Austrochip 2014

22nd Austrian Workshop on Microelectronics
09 October 2014, Graz, Austria.

Graz University of Technology
Institute for Applied Information Processing and Communications

Invited Speakers

Prof. Hubert Kaeslin
"Design and Test of Microchips at Universities, Extravagance or Necessity?"
"Entwurf hochintegrierter Schaltungen an Hochschulen, Extravaganz oder Notwendigkeit?"

Hubert Kaeslin and Michael Schaffner

Probably the best way of preparing for an engineering career in the microelectronics industry is to complete a design project where circuits are not just being modeled and simulated on a computer, but actually fabricated and tested. Master and Ph.D. students at ETH Zürich are indeed given this opportunity. The “How?” and “What does it take?” will be explained. As an example, we will present an ASIC from our on-going research into 3D video processing architectures. Image Domain Warping is a key technology that can be leveraged both for fitting a video stream to displays of different aspect ratios (Aspect Ratio Retargeting) and for producing multiple views on a scenery from a variety of angles for presentation on a multiview auto-stereoscopic display (Multiview Rendering). With a complexity of 6.8 MGE and fabricated in 65 nm CMOS, our ASIC delivers eight views at 28 frames/s and dissipates 550 mW. We believe the opportunity to design and test VLSI circuits prepares our graduates for an engineering career in the best possible way and renders our lab attractive as a research partner.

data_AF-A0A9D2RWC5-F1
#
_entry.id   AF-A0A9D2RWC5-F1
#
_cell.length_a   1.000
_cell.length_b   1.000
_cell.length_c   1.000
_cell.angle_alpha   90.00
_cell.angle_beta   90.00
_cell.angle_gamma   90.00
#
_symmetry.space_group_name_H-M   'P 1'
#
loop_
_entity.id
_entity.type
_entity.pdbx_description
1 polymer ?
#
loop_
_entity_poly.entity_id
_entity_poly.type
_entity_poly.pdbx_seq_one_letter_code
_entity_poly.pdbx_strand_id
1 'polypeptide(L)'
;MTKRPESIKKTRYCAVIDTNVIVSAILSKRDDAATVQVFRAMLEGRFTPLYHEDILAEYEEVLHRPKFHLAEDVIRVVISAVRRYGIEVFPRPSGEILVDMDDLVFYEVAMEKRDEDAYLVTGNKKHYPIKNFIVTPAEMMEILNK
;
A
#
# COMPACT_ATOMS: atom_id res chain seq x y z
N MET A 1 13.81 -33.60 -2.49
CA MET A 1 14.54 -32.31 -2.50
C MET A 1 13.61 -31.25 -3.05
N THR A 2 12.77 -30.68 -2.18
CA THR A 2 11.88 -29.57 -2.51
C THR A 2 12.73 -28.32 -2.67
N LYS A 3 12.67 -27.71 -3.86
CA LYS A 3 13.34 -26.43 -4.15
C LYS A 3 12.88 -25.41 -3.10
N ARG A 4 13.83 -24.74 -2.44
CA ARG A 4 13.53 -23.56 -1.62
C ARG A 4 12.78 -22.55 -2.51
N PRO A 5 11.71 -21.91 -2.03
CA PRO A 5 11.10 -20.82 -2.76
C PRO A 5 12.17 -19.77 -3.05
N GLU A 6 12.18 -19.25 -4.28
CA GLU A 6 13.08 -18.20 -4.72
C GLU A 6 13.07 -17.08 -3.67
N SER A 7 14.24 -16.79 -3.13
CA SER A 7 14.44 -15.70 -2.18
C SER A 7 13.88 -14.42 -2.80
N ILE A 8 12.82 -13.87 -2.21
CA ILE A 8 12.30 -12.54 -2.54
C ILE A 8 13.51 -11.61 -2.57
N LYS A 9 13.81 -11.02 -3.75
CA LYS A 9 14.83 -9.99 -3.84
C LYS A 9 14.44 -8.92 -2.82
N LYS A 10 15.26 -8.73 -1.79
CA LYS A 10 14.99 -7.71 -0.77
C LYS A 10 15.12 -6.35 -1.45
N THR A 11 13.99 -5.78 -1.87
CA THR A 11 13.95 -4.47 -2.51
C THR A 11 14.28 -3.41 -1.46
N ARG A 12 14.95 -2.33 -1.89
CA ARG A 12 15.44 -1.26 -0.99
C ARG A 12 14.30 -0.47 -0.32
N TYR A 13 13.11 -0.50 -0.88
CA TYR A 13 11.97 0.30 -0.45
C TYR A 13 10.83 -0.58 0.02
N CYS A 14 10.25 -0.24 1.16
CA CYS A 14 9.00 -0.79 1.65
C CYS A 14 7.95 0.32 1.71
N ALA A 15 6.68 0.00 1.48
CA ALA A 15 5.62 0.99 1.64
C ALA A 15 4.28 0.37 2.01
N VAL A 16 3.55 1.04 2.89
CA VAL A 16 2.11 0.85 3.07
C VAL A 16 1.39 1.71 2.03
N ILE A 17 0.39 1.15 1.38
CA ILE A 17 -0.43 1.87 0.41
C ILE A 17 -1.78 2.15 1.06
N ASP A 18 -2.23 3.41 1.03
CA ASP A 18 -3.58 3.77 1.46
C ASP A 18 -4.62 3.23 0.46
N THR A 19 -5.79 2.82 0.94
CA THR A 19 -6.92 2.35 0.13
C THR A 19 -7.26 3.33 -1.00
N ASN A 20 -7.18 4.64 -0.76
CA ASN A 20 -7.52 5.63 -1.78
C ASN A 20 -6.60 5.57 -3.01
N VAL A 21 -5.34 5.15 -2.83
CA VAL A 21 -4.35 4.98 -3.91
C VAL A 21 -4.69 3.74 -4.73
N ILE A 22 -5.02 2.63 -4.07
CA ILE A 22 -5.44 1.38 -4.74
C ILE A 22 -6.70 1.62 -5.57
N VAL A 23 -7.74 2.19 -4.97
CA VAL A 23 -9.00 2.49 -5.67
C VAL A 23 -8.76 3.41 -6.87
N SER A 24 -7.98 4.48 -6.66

About the Speaker:
Hubert Kaeslin received both the M.Sc. and the Ph.D. degree in electrical engineering from ETH Zurich, Switzerland, in 1978 and 1985 respectively. Since 1989 he has been heading the Microelectronics Design Center of ETH Zurich which taped out roughly 400 circuit designs under his supervision over the past 25 years, both for research and educational purposes. These activities have led to the publication of a textbook entitled "Digital Integrated Circuit Design, from VLSI Architectures to CMOS Fabrication". His professional interests include dedicated VLSI architectures, energy-efficient circuits, hardware description languages, synchronous and self-timed (GALS) clocking methodologies, electronic design automation, CMOS technology, digital signal processing, IT security, graph theory, and visual formalisms.

Dr. Kaeslin has authored or co-authored more than 75 papers in reviewed journals and conference proceedings. He is Senior Member IEEE and has been awarded the title of professor by ETH in 2010.